As someone with a reputation for adhering to the teachings of Carl von Clausewitz it would seem odd if I were to do anything but commend the writing contained in this Military Strategy Magazine Special Edition to our readers, so please take that as a given.
My introduction to Clausewitz came via the late Colin Gray and his work Another Bloody Century. To that point I had been deeply skeptical of Clausewitz and his academic fan club, never having set foot in a university, attended any lectures and left school at 16. Thus it speaks in Clausewitz’s immense favor that when I actually engaged with the text and the more commonsense commentaries about it, On War immediately began to answer questions that had so far left me confused and bewildered as to the unedifying, confused and clown infested swamp which is modern military thought – and if you think that harsh, Clausewitz would probably not argue with that description because he wrote to clarify and inform his peers, not confuse them further with reputational writing intended to show how clever he was. Clausewitz may not live in the Corporals club, but he should be more of a welcome visitor than many think.
Clausewitz really lives and dies in Professional Military Education (PME). Romping through On War next to other works is a miserable introduction yet that is how many come to meet Clausewitz’s work, yet why should anyone bother? To quote Colin Gray, “if not Clausewitz, then who?”
Ironically, if PME was as practice and evidence based, as some claim, no one would need to teach or even read Clausewitz because a 189-year-old book should have been surpassed by clearer and better work found in modern curricula but barring this somewhat nugatory observation it is fair to state that both reading and understanding On War will never set you wrong or harm your understanding of War and Warfare.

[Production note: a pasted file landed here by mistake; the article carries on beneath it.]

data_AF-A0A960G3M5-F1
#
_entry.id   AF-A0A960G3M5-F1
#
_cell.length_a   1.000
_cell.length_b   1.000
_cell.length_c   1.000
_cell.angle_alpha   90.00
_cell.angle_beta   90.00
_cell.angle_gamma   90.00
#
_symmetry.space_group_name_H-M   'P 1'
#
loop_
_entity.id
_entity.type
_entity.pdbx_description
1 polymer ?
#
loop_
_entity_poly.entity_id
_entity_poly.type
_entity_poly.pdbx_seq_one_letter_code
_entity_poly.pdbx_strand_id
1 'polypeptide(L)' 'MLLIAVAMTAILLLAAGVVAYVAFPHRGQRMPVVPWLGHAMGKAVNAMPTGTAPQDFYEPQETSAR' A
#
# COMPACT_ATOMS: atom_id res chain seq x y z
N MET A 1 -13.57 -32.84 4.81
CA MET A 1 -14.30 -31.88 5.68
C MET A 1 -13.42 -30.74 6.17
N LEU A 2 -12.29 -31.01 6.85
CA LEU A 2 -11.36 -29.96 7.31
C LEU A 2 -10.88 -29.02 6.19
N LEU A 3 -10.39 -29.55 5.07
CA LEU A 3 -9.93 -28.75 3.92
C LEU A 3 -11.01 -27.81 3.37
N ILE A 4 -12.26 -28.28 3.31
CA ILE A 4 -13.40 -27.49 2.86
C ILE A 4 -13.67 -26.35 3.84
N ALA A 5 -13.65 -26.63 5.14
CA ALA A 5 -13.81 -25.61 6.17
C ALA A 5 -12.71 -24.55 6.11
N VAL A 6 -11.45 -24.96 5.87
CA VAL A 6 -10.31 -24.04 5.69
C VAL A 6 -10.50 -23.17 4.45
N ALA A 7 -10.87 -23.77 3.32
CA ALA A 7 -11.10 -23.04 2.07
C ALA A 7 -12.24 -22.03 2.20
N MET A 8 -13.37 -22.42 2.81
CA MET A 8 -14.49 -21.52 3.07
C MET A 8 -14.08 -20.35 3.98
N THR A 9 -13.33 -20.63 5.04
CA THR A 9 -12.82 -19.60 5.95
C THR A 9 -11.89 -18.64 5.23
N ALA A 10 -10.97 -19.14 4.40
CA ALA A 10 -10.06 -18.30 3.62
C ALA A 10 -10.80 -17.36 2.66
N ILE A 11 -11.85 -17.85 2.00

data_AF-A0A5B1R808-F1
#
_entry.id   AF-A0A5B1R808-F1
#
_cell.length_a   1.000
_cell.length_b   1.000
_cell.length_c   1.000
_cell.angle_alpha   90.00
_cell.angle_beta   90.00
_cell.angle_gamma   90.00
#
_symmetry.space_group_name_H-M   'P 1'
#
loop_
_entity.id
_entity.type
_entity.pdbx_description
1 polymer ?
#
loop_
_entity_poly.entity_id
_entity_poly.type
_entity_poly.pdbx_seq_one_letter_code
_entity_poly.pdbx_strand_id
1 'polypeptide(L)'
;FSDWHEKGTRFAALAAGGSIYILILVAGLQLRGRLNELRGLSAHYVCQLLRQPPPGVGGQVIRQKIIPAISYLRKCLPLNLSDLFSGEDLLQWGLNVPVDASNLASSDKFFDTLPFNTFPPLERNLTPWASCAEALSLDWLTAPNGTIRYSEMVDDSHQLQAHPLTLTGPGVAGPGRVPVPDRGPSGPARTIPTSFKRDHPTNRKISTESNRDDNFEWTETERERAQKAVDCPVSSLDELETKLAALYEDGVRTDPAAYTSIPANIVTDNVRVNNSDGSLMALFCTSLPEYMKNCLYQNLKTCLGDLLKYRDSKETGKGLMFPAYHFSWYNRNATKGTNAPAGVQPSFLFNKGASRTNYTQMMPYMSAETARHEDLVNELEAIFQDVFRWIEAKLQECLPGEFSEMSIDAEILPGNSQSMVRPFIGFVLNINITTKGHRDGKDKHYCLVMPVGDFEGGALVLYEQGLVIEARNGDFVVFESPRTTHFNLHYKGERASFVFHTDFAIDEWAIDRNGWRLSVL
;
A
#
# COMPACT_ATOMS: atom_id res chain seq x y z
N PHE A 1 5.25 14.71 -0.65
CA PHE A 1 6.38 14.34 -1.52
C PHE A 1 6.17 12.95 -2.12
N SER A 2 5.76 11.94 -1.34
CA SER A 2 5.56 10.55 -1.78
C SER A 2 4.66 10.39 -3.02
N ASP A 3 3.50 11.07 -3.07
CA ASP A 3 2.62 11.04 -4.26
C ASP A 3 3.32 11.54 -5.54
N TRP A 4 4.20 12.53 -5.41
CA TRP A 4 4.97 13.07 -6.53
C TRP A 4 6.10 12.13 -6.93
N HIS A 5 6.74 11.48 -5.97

In well over a decade as Editor of Infinity Journal, now Military Strategy Magazine (MSM), and many, many email exchanges and ‘blog’ posts, I have seen all the critiques of Clausewitz flounder, mostly on the simple fault of not having read the book, or not understood the words on the page.
As I have said many times before, Clausewitz is not beyond criticism. There are things he did not say, and things he did not say clearly or well. He was prone to overstatement and using analogies that were perhaps not the best. He didn’t mention naval forces. He didn’t deal as well as he might with Logistics or Intelligence, but very few have, and no other military theorist is held to same semantic standards or levels of rigor as Clausewitz, mainly due to the efforts of more failure prone theorists such as Fuller and Liddell-Hart, post 1918.
Read Clausewitz. Read On War. Everything and anything Clausewitz ever wrote, and make sure to read it more than once. If you don’t get it or think it’s turgid and boring, try and speak to those who don’t and ask for clarity and insights. No soldier or officer was worse at his job for having engaged with Clausewitz.
William F. Owen
Editor, Military Strategy Magazine